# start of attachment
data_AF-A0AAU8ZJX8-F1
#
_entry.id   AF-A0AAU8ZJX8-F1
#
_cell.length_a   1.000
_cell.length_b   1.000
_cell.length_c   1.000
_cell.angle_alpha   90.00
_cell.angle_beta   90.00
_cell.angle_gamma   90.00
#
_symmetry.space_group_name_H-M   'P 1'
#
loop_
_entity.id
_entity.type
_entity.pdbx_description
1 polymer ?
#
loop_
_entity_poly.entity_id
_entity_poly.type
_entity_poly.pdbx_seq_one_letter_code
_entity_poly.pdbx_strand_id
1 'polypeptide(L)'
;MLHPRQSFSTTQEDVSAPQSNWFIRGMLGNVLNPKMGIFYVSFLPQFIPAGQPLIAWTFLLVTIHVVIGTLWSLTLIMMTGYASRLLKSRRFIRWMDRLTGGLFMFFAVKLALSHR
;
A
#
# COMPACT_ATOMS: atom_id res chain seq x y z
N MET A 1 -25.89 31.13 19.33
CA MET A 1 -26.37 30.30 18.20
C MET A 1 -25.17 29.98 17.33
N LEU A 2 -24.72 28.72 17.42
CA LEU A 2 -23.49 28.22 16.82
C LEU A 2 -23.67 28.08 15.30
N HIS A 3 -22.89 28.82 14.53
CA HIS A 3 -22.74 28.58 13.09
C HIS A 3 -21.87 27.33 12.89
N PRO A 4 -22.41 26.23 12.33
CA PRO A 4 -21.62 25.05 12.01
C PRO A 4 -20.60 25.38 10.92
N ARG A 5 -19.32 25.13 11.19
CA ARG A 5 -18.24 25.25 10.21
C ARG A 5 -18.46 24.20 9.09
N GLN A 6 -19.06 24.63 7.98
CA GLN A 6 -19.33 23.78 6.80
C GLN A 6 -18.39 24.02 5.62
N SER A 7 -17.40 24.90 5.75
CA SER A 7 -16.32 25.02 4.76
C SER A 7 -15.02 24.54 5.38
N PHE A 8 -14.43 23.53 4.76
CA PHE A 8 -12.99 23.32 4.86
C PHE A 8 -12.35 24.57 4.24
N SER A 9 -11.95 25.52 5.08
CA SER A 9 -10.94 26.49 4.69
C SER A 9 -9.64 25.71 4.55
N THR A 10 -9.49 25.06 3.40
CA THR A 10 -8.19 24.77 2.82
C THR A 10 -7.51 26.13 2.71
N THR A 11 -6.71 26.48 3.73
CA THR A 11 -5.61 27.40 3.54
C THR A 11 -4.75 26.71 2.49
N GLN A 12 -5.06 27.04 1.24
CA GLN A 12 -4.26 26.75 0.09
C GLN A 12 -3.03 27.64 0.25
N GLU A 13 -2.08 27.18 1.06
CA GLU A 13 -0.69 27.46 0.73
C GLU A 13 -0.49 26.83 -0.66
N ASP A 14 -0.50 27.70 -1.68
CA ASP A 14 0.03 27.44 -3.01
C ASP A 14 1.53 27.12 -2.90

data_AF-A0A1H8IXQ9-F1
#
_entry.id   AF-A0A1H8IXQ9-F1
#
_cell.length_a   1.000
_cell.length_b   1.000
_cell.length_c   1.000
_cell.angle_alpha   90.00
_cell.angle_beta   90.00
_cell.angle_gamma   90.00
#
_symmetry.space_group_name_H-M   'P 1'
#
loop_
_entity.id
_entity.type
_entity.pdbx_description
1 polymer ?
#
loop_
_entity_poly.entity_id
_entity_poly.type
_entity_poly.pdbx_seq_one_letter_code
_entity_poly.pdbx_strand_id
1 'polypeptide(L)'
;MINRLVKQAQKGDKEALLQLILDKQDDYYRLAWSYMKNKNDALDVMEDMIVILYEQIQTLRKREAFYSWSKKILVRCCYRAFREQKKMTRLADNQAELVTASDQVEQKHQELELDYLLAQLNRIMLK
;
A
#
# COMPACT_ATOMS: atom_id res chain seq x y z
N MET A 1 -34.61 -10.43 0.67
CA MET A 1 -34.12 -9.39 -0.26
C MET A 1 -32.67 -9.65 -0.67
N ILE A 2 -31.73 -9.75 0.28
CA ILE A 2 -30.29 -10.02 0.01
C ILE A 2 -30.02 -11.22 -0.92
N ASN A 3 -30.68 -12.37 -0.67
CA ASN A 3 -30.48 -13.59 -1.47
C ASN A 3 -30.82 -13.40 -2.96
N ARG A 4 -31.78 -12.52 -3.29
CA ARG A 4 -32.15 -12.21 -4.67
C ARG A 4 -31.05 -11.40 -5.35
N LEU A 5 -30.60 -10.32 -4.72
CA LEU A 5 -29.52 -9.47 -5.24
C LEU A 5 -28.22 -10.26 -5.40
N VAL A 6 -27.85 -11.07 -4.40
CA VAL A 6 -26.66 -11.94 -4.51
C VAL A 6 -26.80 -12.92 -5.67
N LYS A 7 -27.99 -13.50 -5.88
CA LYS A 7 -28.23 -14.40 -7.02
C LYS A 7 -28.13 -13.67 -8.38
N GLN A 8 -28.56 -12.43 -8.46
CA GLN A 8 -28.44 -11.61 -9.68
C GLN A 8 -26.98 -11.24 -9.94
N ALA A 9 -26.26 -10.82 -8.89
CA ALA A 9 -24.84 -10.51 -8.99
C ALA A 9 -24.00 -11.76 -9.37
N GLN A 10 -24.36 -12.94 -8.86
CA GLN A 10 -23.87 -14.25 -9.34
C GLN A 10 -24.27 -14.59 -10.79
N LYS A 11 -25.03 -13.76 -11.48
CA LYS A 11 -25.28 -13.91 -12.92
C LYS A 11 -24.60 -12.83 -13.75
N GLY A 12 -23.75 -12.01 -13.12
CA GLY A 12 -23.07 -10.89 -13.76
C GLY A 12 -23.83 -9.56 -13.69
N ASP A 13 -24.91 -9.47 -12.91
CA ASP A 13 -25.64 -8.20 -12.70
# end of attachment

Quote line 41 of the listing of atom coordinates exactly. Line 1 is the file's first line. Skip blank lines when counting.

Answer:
CA PRO A 4 -21.62 25.05 12.01